Title:
Methods for preparing 3-[N-phenyl-acetylaminopiperidine]-2,6-dion
United States Patent 4918193


Abstract:
Disclosed is a process for synthesizing 3-[N-phenylacetylaminopiperidine]-2,6-dion, which process comprises the steps of providing a quantity of L-glutamine, providing a quantity of phenylacetyl halide, mixing together the L-glutamine and phenylacetyl halide in a weakly alkaline aqueous solution to provide an aqueous reaction mixture, adjusting the reaction mixture to a pH ranging from about 2 to about 3, and recovering from the reaction mixture the product 3-[N-phenylacetylamino-piperidine]-2,6-dion, and when desired preparing the pharmaceutically acceptable salts thereof.



Inventors:
Burzynski, Stanislaw R. (#5 Concord Cir., Houston, TX, 77024)
Application Number:
07/295372
Publication Date:
04/17/1990
Filing Date:
01/11/1989
Assignee:
BURZYNSKI; STANISLAW R.
Primary Class:
International Classes:
A61K31/445; A61K31/47; A61P35/00; C07D211/88; (IPC1-7): C07D211/40
Field of Search:
546/220, 514/328
View Patent Images:
US Patent References:



Other References:
Burzynski, "Synthetic Antineoplastons and Analogs", Drugs of the Future, 11:679-688, (1986).
Burzynski, "Antineoplaston A10", Drugs of the Future, 10:103-105, (1985).
Primary Examiner:
Hollrah, Glennon H.
Assistant Examiner:
Trinh, Ba K.
Attorney, Agent or Firm:
Arnold, White & Durkee
Claims:
What is claimed is:

1. A process for synthesizing the compound 3-[N-phenylacetylaminopiperidine]-2,6-dion, consisting essentially of the steps in sequence of:

providing a quantity of L-glutamine;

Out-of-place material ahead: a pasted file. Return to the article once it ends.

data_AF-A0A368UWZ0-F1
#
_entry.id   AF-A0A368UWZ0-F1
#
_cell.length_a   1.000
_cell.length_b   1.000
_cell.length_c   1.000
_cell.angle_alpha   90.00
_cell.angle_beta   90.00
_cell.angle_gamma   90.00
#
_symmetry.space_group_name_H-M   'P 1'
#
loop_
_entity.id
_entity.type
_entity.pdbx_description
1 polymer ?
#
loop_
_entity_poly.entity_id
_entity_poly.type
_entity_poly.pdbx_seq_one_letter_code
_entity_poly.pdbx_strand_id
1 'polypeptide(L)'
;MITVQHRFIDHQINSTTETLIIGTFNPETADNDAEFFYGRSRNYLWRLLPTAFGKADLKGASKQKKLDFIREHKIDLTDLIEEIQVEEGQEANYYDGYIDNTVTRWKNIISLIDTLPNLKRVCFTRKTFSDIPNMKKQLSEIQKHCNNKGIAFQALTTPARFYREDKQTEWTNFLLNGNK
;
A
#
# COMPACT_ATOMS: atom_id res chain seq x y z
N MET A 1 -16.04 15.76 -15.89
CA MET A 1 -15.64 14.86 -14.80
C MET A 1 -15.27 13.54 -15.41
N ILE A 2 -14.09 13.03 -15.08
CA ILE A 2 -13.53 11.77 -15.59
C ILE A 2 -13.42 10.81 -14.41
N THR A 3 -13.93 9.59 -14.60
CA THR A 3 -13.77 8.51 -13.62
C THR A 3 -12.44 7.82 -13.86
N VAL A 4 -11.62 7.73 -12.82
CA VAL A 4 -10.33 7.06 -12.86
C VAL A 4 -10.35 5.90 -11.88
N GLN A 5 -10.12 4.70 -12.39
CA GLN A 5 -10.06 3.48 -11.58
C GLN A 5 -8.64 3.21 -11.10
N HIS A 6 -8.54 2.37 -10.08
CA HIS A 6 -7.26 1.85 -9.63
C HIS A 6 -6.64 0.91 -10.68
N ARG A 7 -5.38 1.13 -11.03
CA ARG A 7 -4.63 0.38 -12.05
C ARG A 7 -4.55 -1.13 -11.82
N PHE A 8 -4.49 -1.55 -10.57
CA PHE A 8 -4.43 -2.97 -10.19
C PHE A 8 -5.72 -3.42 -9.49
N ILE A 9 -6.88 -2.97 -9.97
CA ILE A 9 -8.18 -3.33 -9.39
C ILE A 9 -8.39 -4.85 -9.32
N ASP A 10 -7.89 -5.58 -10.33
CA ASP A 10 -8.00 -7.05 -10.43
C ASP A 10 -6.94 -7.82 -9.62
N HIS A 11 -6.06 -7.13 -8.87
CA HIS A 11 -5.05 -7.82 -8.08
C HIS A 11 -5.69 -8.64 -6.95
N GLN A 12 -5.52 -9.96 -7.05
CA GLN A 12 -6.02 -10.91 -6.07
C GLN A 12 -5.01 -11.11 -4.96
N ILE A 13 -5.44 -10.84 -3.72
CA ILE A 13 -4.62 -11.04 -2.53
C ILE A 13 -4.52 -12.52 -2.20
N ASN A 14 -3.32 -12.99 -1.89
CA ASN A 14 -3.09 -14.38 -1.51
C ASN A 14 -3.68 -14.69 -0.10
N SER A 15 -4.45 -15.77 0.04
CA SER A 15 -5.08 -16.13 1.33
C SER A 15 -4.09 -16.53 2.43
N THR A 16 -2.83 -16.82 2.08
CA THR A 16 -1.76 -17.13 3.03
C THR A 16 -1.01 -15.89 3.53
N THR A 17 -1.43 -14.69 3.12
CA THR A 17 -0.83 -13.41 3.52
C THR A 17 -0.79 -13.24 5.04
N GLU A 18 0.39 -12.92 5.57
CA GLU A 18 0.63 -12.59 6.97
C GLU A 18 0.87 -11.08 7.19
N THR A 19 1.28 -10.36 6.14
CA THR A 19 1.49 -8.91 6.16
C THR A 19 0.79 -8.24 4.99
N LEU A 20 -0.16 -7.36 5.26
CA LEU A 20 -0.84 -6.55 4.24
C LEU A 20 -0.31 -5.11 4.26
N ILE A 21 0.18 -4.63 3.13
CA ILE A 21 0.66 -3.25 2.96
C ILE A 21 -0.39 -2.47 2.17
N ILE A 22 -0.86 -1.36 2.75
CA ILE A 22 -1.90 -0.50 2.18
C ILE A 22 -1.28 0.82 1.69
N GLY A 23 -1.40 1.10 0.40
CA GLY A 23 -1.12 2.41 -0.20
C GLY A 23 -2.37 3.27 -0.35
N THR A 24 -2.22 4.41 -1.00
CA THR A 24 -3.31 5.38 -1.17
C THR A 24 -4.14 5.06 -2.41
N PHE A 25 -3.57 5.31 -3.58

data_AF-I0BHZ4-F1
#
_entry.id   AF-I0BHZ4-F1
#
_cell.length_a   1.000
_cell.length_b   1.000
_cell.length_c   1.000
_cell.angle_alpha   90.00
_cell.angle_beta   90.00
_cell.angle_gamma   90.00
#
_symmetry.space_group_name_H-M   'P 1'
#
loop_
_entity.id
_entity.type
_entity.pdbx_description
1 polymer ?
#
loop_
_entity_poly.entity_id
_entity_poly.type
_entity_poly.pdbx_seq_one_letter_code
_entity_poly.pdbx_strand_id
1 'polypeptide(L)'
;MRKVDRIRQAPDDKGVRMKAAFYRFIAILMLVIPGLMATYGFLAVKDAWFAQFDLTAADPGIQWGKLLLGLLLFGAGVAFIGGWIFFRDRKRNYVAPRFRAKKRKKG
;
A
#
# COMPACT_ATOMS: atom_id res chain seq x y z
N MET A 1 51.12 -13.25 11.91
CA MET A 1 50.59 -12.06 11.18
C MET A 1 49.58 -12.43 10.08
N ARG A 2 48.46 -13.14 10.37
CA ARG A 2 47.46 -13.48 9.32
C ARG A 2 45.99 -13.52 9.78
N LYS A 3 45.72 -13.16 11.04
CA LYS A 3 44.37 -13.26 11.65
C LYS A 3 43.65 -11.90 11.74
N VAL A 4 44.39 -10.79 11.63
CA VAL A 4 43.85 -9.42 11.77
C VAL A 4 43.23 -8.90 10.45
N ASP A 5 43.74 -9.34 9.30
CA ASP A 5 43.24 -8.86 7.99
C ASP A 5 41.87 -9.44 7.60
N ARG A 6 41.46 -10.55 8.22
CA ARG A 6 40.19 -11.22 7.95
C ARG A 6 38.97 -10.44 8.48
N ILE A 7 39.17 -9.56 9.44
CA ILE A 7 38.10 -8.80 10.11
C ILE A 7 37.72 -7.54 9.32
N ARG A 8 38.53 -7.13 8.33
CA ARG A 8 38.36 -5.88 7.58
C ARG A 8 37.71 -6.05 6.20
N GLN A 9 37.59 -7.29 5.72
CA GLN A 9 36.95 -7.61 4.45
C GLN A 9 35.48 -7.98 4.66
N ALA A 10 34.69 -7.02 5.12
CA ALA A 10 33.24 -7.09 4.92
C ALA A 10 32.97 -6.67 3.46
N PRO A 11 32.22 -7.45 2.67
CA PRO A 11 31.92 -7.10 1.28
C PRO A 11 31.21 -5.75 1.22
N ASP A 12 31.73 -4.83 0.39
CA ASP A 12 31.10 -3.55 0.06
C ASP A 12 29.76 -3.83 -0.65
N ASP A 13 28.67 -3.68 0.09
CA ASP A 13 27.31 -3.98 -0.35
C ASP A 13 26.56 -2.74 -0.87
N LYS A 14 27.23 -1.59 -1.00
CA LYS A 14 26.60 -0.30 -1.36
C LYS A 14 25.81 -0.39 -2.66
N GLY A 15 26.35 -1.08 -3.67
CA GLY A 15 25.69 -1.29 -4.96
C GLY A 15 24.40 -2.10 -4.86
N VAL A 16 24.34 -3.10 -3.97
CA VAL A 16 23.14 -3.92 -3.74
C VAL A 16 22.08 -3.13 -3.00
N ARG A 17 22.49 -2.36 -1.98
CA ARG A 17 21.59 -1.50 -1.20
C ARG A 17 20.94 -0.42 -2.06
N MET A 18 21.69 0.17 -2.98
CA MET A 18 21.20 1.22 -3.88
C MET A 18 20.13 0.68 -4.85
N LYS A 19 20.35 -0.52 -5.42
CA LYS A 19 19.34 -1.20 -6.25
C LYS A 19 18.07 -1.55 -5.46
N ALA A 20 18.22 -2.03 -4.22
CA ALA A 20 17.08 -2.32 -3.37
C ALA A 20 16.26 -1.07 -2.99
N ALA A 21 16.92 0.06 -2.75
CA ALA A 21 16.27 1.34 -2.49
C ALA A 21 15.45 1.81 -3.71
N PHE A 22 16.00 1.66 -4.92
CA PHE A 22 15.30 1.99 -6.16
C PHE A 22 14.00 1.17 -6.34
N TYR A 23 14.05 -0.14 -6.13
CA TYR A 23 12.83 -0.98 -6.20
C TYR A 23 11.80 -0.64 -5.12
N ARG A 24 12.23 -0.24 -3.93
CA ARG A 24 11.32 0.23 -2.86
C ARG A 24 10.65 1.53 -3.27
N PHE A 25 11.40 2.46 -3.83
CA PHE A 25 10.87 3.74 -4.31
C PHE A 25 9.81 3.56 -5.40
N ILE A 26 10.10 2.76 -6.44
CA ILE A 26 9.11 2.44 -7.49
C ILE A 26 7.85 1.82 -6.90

providing a quantity of phenylacetyl halide;

mixing together the L-glutamine and phenylacetyl halide in a weakly alkaline aqueous solution;

adjusting the weakly alkaline aqueous solution to a pH ranging from about 2 to about 3, to form an acidic reaction mixture;

heating the acidic reaction mixture to about 160° C. and thereafter allowing it to cool;

recovering from the acidic reaction mixture the product 3-[N-phenylacetylaminopiperidine]-2,6-dion, and when desired preparing the pharmaceutically acceptable salts thereof.



2. The process according to claim 1 wherein the phenylacetyl halide is phenylacetyl chloride.

3. The process according to claim 1 wherein the pH is adjusted with concentrated HCl.

Description:

BACKGROUND OF THE INVENTION

The present invention relates generally to medicinal compositions and the use thereof; and more particularly, it relates to compositions of biologically active peptides and amino acid derivatives useful in the treatment of human neoplastic disease.

The practically infinite variety of peptides that can be formed by the combination of the twenty common amino acids has prompted many investigators to suggest that peptides may constitute a system carrying information from cell to cell and organ to organ. Following this view on the regulatory significance of peptides, researchers have isolated urinary peptides and amino acid derivatives which exert an influence on blood pressure, behavior modification, cardiovascular regulation, ahnd smooth muscle activity.